Of course, the main cause of the litter aspect of this issue are irresponsible individuals, who dispose of the single-use plastic carrier bags improperly. We think littering fines for this behavior should be tripled.

Lastly, but far from least, are the manufacturers of the plastic bags. The technology to make faster-decomposing (in landfills) and more-rapidly composting (compost pile) plastic carrier bags has been around for some years. However, the industry, with the exception of some entrepreneurial companies, has avoided it. Instead they've preferred to use the old technology because it's more profitable to do so rather than invest in the new technologies.

Further, rather than invest significantly in these new technologies and create a more rapidly-decomposing and faster-composting bag, the single-use plastic carrier bag industry's leading companies seem to have decided to spend that money fighting bag-bans and bag-fee legislation instead. The industry seems to have left grocers to fend for themselves on the issue.

We all know that in business, when your product no longer offers more benefits than it does negatives, it becomes obsolete. That's what has happened to the traditional single-use plastic carrier bag. As a result, the focus of the issue has become how to reduce the use--and the plastic bag industry isn't even a major player in the discussion.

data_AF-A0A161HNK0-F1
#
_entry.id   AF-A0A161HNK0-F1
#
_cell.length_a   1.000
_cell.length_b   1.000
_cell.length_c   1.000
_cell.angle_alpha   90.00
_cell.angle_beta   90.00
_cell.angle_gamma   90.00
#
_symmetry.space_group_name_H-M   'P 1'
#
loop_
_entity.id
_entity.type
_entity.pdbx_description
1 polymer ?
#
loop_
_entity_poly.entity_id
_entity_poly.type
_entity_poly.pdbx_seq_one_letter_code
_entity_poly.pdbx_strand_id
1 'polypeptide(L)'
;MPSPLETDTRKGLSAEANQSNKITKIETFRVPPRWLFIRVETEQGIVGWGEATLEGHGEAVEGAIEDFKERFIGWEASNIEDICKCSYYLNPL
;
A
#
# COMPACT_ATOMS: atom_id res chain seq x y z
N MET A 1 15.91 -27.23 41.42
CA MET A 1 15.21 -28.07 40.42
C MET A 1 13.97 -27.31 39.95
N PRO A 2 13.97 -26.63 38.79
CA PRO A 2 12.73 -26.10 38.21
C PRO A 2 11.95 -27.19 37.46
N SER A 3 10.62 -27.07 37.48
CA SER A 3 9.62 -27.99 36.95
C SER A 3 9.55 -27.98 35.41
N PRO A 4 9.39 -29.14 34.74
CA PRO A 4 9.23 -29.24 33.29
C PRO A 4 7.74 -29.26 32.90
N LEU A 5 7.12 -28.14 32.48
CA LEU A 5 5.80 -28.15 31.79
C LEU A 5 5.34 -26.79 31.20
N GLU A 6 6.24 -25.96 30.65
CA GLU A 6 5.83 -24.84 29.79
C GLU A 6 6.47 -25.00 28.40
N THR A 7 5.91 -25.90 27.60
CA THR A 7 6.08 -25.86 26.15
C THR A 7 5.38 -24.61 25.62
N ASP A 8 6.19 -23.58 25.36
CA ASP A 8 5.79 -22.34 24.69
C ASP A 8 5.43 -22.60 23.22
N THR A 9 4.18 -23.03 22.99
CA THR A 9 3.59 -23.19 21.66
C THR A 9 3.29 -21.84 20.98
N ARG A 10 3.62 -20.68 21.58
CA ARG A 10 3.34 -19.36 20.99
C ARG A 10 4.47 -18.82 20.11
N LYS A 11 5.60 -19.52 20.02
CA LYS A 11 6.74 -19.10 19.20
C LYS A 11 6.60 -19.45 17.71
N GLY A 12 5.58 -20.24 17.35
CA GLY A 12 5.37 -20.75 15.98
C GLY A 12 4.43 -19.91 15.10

Recent Related Pieces From Natural~Specialty Foods Memo:

>Green Memo: "Ireland Has Reduced the Use of Single-Use Plastic Carrier Bags By 94 Percent With Bag-Fee Law; Has Exceeded EU Recycling Targets." [Click here to read.]

>Green Retailing Memo: "California State Assembly Committee to Vote On Plastic Bag-Fee Measure Monday; Many Grocers support Bag-Fee Legislation." [Click here to read.]

>Food & Grocery Legislation Memo: "California Assembly Natural Resources Committee to Consider Second Plastic Bag Bill Along With Original Today." [Click here to read.]

>Green Memo Feature: "Scientific Evidence From the Lands and From the Oceans Suggests it's Time to Solve the Plastic Waste Issue." [Click here to read.]